Described by The Daily Telegraph as ‘in a class of his own’ James Baillieu has been the prize-winner of the Wigmore Hall Song Competition, Das Lied International Song Competition, Kathleen Ferrier and Richard Tauber Competitions. He was selected for representation by Young Classical Artists Trust (YCAT) in 2010 and in 2012 received a Borletti-Buitoni Trust Fellowship and a Geoffrey Parsons Memorial Trust Award.
James has given solo and chamber recitals throughout Europe and further afield. He collaborates with a wide range of singers and instrumentalists from Lawrence Power, Jack Liebeck, the Elias and Heath Quartets to Sir Thomas Allen, Kiri te Kanawa, Annette Dasch, Pumeza Matshikiza, Allan Clayton, Gerard Collett, Ian Bostridge, Eri Nakamura, Catherine Wyn Rogers, Ben Johnson, Sarah-Jane Brandon, Ailish Tynan and Mark Padmore. Festivals and venues have included Wigmore Hall, Berlin Konzerthaus, Musikverein, Bridgewater Hall, National Concert Hall Dublin, Festpillene i Bergen, Spitalfields, Aldeburgh, Cheltenham, Bath, City of London, Aix-en-Provence, St Magnus, Derry and Norfolk & Norwich Festivals. As a soloist he has appeared in the Nottingham and Leeds International Series as well as at the Royal Festival Hall with the English Chamber Orchestra.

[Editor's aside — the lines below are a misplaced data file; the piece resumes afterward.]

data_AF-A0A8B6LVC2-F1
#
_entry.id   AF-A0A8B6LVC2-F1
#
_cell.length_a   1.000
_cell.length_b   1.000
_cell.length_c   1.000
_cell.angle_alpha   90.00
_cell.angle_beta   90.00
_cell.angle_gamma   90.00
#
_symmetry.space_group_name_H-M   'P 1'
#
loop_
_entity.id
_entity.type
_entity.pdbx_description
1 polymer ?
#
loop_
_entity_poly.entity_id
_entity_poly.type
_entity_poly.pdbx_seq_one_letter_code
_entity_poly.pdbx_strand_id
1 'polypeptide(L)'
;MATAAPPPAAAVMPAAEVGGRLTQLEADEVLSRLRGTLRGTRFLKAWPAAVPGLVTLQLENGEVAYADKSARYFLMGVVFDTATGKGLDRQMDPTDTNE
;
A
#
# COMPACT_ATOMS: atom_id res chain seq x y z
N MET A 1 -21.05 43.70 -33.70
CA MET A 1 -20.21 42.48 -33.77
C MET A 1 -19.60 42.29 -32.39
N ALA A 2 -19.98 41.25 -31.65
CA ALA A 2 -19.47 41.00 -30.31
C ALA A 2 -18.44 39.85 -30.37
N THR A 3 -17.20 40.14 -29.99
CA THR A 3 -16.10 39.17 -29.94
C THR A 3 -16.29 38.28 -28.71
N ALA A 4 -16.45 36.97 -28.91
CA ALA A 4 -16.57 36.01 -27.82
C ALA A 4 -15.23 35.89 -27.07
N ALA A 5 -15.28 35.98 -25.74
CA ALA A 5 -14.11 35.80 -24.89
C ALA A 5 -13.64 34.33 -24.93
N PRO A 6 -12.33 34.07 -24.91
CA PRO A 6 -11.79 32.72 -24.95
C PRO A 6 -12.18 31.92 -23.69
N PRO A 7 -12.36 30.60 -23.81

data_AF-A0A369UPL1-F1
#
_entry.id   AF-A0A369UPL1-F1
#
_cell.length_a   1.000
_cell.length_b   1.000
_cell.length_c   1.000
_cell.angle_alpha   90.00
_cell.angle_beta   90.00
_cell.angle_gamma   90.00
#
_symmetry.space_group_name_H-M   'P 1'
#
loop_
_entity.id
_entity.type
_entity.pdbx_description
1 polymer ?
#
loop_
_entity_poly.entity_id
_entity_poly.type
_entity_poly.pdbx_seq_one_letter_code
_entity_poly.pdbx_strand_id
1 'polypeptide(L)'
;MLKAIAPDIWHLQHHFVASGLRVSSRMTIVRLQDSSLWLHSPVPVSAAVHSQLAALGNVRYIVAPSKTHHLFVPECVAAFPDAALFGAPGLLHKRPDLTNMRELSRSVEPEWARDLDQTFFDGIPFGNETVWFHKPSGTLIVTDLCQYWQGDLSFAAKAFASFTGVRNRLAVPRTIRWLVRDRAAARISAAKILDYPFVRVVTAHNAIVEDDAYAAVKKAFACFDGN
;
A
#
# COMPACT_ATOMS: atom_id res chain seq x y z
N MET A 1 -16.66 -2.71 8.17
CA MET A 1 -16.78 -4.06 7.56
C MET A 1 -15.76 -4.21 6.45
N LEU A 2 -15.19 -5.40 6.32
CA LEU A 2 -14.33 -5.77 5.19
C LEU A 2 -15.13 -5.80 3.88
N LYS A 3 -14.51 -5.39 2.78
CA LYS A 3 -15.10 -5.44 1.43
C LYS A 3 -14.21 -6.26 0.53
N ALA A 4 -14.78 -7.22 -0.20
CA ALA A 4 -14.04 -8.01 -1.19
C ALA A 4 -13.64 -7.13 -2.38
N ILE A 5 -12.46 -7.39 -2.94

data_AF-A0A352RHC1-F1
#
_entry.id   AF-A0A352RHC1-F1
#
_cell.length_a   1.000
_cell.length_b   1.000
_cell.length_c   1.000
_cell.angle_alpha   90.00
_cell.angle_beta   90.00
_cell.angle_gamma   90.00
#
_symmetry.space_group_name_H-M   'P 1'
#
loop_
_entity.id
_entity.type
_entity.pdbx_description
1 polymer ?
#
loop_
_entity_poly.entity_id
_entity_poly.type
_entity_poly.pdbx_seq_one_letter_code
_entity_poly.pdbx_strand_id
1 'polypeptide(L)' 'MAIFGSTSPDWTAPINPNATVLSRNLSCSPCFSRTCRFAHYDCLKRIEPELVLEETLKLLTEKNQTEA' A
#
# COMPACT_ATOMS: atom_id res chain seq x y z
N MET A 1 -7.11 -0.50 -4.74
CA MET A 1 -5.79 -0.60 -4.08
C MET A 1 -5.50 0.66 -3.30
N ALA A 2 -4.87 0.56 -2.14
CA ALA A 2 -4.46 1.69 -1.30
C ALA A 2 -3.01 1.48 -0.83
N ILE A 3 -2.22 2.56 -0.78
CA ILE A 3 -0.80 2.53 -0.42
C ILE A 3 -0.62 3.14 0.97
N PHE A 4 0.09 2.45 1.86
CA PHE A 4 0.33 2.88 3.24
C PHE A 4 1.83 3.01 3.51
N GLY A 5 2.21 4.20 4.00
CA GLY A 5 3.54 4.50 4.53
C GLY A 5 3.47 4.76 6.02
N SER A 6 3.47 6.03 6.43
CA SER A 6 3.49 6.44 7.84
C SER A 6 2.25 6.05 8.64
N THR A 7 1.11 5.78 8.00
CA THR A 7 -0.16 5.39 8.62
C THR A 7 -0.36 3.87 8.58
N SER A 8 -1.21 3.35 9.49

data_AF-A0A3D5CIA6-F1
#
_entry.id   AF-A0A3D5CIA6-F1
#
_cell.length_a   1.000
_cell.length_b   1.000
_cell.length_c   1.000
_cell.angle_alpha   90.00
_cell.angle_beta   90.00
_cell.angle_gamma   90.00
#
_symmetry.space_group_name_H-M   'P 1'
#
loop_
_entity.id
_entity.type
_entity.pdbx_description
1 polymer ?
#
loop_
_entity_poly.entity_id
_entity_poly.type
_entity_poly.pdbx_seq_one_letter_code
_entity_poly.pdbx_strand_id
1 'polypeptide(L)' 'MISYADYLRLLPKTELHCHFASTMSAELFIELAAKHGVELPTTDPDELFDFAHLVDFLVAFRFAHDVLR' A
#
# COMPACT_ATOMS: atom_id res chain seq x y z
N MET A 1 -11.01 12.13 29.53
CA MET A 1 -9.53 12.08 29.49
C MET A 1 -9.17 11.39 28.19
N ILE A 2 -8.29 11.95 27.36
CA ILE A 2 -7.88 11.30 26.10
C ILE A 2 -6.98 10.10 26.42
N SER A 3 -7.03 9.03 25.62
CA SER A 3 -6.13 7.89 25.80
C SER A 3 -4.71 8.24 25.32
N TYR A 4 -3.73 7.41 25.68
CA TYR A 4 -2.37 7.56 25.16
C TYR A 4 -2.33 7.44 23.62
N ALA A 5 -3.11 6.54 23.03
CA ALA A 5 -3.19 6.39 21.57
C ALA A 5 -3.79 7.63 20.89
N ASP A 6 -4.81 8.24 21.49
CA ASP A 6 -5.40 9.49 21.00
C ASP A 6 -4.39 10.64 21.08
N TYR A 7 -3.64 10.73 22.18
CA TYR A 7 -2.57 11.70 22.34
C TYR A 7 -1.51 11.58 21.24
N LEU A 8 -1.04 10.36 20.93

An experienced coach, James has worked regularly at the George Solti Accademia di Bel Canto in Italy (with Mirella Freni and Leo Nucci), was a repertory professor for the Encuentro de musica y Academia de Santander in Spain, has worked with Gerhard Schulz at the International Musicians Seminar in Prussia Cove and continues to coach for the Jette Parker Young Artists Programme at the Royal Opera House, Covent Garden. He is an alumnus of the Britten-Pears Young Artist Programme, a scholar for the Samling Foundation, participated in the European Liedforum in Berlin and in 2013 worked with Thomas Quastoff at the Verbier Festival Academy.
This season James curates a series of concerts in Perth including the Dvorak and Brahms Piano Quintets with the Heath Quartet as well as a series at the Brighton Festival. He has a solo recital at the Brunton Theatre in Musselburgh, recitals at the Barber Institute Birmingham, the Oxford Lieder Festival’s Schubert Project, Kettle’s Yard Cambridge, the Auditorium du Louvre, Paris and at the Verbier Festival with Mark Padmore. In the 2015/16 season James has his own 11-concert series at Wigmore Hall “Introducing James Baillieu” with Adam Walker, Jonathan McGovern, Ailish Tynan, Robert Murray, Henk Neven, Iestyn Davies, Allay Clayton and Mark Padmore amongst others.
Born in South Africa, James studied at the University of Cape Town and the Royal Academy of Music in London with Michael Dussek, Malcolm Martineau and Kathryn Stott. In 2007 he graduated with a Dip.RAM and received the Christian Carpenter Award in recognition of his outstanding achievements. He was appointed a Hodgson Junior Fellow in 2007, a Professor of Piano Accompaniment in 2011, and awarded an ARAM in 2012.
James Baillieu is in a class of his own, he is in the Gerald Moore/Graham Johnson bracket, a remarkable pianist.